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Today you’re the still photographer


on a movie set and you see the doctor 
who appears to have been hired 
to provide first aid for any cut or scrape
an actor might meet with. You know 
he’s a doctor not by a white coat, 
stethoscope, or head-mirror reflector 
on his forehead, but because earlier 
you overheard somebody ask, 
Who’s that? At that, the person 
to whom the question was addressed 
had turned and said, He’s the on-set 
doctor. You too had looked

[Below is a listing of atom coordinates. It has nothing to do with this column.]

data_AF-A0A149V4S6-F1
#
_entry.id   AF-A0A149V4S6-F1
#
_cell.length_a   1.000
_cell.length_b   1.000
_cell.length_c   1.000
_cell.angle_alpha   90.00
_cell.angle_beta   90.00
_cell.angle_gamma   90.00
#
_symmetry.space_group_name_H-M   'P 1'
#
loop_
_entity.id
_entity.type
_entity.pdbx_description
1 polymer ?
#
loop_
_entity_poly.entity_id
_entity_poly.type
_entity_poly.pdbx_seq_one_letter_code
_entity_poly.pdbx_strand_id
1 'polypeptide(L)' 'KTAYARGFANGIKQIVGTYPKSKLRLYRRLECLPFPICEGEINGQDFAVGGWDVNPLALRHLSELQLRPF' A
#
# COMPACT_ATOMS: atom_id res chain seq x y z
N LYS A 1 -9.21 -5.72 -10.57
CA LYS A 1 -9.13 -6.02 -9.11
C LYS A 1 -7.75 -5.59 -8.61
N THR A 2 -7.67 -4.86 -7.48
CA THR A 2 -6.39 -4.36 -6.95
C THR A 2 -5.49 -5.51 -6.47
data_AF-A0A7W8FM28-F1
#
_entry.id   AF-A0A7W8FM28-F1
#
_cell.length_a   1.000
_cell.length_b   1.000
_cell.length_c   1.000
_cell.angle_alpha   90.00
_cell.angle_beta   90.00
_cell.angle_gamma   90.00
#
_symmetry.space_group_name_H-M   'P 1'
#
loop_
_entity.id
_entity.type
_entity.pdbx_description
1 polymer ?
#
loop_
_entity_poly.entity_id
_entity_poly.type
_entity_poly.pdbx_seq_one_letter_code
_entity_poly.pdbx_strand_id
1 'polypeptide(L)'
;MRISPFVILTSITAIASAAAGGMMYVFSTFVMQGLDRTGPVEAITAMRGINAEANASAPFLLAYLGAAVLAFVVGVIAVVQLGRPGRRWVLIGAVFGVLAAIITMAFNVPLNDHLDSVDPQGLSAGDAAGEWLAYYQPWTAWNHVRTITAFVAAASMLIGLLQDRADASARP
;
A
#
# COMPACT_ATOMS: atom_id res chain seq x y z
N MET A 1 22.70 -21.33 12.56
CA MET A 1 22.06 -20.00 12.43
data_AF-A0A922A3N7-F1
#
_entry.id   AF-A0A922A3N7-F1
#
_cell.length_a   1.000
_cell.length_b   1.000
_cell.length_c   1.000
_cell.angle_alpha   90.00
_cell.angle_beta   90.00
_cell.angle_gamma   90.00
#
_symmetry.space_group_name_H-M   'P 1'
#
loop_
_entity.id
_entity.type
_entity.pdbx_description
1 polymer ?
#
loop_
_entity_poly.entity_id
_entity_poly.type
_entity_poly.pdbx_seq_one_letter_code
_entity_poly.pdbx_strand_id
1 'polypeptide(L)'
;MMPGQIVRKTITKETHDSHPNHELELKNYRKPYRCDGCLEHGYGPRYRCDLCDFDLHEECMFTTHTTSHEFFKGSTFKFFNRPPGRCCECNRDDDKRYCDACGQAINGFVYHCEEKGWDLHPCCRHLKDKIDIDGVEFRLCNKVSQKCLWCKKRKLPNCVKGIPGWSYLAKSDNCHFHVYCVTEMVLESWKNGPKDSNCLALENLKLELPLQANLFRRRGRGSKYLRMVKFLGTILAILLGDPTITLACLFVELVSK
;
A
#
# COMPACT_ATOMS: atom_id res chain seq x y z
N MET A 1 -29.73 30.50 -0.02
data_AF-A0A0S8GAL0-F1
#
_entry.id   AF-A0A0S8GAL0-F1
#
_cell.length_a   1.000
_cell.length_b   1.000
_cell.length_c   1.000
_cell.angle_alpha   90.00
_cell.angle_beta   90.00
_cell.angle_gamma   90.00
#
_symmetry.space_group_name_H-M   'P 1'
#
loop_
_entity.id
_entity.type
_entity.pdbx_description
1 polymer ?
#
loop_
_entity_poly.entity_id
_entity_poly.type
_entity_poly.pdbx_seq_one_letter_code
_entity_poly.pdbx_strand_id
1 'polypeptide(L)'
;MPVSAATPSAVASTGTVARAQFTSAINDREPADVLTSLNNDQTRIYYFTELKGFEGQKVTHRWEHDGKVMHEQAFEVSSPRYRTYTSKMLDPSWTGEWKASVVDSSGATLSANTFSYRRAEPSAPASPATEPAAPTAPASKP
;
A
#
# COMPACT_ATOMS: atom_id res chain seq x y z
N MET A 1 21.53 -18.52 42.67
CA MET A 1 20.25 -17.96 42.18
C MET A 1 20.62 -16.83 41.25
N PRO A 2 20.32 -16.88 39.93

in the direction the first was looking. 
You’d noticed the doctor was handsome 
and as soon as you did, you’d sensed 
you had seen him before. 
The feeling wasn’t pleasant. 
You could even say it was painful. A pain 
the size of a toy dog left on a rowboat 
adrift in a mist. You saw through the fog
and remembered a moment when 
you were very young and a doctor said 
you should imagine pain as a number 
between one and ten. You now wonder
how he knew you could count. 
With the question of counting,
you recall a rhyme: One for sorrow, / 
Two for joy, / Three for a girl, / 
Four for a boy, / Five for silver, /
Six for gold, / Seven, for a secret 
you never told. The director yells, Cut!
You didn’t know the filming had begun. 



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